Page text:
Easy Ways to Eat Less and Control Your Appetite

by | May 22, 2023

Tired of staying stuck?  If you’re ready to reduce your appetite and eat less, here are 8 strategies to try:

Pay attention: Your body actually sends you signals when you’re hungry and when you’re full, the same way it sends you signals when you’re tired and when you need to pee.  You have to pay attention to notice these signals (Interoceptive Awareness) – and then you have to honor them!  Not like the way you ‘hold it’ until you’re about to burst.  Not like the way you stay up so late your eyes burn.  You have to first recognize/realize/notice when your body says you’re full and it wants you to stop eating and then you have to actually stop.  How to do that?

Slow down: Eating is a time to sit and take a break.  Fullness is hard to notice when you’re scarfing down that granola bar between meetings or sucking down that smoothie in the car.  Make the time to sit and chew and experience your food, in an environment where things are quiet and calm enough for you to be able to notice when you’re full and stop eating.  The cues can be subtle, particularly if you’re not in the habit of noticing them.  See above.

Eat a variety of foods:  To feel satisfied, strive to have a combination of protein, fat, and fiber each time you eat.  Cheat Sheet: Proteins walked around.  Fiber grew in the ground. Fat makes them both taste good. 

More plants:  Modern times have made it challenging to eat fruits and vegetables.  Our convenience focused lifestyle often doesn’t allow for the time it takes to prepare and eat plants.  But here’s the deal.  Fiber (these are plants = grew in the ground) is filling, it nutrient-dense, and the chewing it takes to eat it takes the time it takes for you to get those fullness cues.  Bonus, the chewing stimulates the juices in your body needed for good digestion. Cheat Sheet: Plants are fruits, vegetables, beans, nuts, and seeds.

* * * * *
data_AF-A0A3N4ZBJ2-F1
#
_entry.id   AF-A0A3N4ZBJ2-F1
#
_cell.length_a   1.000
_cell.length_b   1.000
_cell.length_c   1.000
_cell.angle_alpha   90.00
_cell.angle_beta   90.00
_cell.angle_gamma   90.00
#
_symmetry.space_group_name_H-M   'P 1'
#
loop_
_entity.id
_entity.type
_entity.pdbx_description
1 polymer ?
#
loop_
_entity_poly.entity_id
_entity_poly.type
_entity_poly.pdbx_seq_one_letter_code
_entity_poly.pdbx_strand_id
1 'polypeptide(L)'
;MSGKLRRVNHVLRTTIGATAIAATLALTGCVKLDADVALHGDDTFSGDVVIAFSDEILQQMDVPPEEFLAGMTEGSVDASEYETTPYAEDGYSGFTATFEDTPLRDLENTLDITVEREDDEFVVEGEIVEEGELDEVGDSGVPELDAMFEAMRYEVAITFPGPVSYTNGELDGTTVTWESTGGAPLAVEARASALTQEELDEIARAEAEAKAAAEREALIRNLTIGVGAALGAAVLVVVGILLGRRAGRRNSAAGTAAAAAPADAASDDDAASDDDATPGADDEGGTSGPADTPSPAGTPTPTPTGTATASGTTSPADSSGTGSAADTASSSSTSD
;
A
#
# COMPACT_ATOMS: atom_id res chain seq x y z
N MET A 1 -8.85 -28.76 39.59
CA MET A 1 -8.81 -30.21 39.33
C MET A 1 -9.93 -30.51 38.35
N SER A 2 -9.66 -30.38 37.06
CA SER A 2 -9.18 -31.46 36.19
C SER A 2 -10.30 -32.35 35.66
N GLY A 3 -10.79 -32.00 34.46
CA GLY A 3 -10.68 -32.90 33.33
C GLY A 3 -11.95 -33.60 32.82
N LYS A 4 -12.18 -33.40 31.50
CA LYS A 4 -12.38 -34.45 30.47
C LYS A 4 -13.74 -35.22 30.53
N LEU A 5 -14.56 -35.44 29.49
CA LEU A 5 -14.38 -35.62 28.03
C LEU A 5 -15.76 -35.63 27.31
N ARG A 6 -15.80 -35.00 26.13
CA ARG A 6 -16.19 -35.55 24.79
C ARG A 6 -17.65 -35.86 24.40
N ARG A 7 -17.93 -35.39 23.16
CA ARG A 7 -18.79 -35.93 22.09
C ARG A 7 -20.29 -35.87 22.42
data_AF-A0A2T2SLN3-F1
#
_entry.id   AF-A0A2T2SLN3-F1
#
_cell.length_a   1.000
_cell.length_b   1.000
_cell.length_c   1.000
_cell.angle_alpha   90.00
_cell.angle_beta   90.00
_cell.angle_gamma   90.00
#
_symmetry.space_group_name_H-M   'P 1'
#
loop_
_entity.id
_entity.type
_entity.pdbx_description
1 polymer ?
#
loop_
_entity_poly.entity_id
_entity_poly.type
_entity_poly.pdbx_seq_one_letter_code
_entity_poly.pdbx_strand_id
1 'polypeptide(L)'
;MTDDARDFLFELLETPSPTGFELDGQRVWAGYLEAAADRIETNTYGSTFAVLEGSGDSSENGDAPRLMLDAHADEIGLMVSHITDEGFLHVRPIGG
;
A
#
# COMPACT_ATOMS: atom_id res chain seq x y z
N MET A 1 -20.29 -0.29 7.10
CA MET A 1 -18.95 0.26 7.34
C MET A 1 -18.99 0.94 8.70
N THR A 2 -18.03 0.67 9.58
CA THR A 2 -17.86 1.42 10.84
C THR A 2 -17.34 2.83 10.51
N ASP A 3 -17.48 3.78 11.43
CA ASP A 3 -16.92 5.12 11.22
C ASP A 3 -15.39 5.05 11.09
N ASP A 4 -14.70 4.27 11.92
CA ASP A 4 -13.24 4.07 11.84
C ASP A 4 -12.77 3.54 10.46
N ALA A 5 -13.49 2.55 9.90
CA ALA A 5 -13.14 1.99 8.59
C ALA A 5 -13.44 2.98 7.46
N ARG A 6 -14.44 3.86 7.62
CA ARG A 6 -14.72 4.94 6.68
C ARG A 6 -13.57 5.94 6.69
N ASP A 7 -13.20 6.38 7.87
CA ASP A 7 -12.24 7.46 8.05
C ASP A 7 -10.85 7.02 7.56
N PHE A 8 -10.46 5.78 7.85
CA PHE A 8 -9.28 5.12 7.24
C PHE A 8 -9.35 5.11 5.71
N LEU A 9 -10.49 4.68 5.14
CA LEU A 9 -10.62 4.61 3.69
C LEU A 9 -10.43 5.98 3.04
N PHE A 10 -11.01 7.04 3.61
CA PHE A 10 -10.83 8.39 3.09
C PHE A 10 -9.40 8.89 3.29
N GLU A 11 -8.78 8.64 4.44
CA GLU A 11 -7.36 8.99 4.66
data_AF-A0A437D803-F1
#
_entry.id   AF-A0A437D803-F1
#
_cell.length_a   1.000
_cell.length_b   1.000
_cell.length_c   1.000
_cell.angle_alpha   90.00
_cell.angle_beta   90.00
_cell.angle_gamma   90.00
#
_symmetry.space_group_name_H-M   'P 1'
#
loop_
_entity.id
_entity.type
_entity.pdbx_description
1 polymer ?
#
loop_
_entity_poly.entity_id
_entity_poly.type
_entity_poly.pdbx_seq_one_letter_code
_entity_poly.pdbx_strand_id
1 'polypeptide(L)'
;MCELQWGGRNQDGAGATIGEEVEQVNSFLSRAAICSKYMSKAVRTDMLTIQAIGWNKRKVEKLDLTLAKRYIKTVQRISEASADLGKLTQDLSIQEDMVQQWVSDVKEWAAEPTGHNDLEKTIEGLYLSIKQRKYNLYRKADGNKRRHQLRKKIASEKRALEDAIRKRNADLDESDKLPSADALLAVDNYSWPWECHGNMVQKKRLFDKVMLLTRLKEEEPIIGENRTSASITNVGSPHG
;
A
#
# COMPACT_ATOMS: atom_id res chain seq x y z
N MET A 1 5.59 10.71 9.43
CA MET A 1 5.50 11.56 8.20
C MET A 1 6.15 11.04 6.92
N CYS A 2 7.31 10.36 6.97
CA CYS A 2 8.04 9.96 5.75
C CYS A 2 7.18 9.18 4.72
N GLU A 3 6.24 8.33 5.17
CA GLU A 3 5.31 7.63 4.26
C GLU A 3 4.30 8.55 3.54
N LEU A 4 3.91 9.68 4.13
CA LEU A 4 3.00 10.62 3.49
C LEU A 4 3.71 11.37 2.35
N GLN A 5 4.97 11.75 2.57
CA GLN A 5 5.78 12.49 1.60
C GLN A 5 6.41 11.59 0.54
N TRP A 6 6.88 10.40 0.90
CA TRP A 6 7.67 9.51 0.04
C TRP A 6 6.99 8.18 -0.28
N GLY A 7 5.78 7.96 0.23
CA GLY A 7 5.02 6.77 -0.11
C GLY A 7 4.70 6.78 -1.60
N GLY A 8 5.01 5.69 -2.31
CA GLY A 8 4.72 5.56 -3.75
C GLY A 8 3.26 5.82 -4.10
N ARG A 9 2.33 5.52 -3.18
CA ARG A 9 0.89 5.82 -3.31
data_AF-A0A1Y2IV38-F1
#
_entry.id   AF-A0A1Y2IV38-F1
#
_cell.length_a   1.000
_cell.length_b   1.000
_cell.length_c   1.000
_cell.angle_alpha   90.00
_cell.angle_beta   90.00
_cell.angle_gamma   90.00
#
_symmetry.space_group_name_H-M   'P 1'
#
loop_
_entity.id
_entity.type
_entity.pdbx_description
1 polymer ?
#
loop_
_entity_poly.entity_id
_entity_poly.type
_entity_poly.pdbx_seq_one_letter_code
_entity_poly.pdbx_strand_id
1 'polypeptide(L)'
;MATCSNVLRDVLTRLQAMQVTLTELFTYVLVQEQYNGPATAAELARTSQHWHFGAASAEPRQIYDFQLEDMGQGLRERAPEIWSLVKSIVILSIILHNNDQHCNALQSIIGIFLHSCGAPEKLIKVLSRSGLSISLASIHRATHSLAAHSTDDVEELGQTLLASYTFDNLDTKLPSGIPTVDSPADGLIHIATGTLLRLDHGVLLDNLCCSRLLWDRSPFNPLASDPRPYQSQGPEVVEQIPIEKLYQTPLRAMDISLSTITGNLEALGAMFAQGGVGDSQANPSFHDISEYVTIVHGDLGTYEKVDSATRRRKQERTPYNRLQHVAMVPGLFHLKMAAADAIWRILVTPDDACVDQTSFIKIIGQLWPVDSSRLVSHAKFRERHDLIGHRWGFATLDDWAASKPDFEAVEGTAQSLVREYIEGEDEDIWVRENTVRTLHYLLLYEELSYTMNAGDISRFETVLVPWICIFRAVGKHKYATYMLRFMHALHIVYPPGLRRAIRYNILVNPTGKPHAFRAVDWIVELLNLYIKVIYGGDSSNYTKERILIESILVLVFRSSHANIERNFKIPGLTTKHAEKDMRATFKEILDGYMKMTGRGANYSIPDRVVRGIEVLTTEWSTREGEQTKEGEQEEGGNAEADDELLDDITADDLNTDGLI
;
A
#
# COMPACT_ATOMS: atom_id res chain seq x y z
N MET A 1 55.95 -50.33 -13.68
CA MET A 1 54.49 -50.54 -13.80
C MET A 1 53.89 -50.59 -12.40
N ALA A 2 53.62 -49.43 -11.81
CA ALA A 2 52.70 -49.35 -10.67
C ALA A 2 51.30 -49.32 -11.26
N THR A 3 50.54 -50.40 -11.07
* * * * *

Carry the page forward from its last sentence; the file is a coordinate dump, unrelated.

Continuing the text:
Feed your guests:  Your gut is home to billions of microbes.  It’s a symbiotic relationship: if you feed them, they do all sorts of good stuff for you.  They create serotonin – which makes you happy and, wait for it, is an appetite suppressant.  They also create CCK, PPY, Leptin, and GLP-1, all of which are appetite suppressants.  Those little bacteria guys can be your best friends if you’re looking to control your appetite and eat less.  And what do they eat?  Fiber and color.  That’s plants. See above.

use a napkin when you eat so you can eat less

Get a napkin:  the only way you’re going to know when to STOP eating before you’re bursting is to know when you START eating.  There has to be a beginning for there to be an end. Consider the napkin a tangible signal that it’s time to slow down and eat.  The great traditions of the world recommend a prayer, too, but if that’s not your groove, use the napkin as your talisman.

Get enough sleep: Lack of sleep can disrupt hormones that regulate hunger and satiety, leading to increased appetite. Aim for 7-9 hours of sleep each night.  And turn off those friggin’ electronics an hour before you go to bed.

Manage stress and emotions: Overeating is often a symptom of stress.  Angry, lonely, ignored, bored, put upon, unappreciated, frustrated, misunderstood, overworked, overwhelmed, these are all feelings that we turn to food to fix.  And usually not nutrient dense foods. And usually not in small quantities.  So, if you want to eat less, find ways to soothe those feelings in ways that aren’t food.  Food isn’t going to fix the problem, anyway.

Now, that’s a lot, I know.  The good news is there are lots of inroads to controlling your appetite and eating less, and now you have plenty of options to choose from.  Pick the one that seems most manageable to you and start today.  Beginner’s Tip:  start with the napkin.  It can be paper, cloth, one from Crate and Barrel or one from the dispenser at Starbucks.  Just have something you can touch to bring your attention to the present and begin the eating experience.  This will set you up to eat less. Also, it’s nice to have something you can wipe your mouth and fingers with.


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Hi, I’m Jennifer! I’ve been in practice for over 15 years, and have helped over a hundred women heal their relationship with food.

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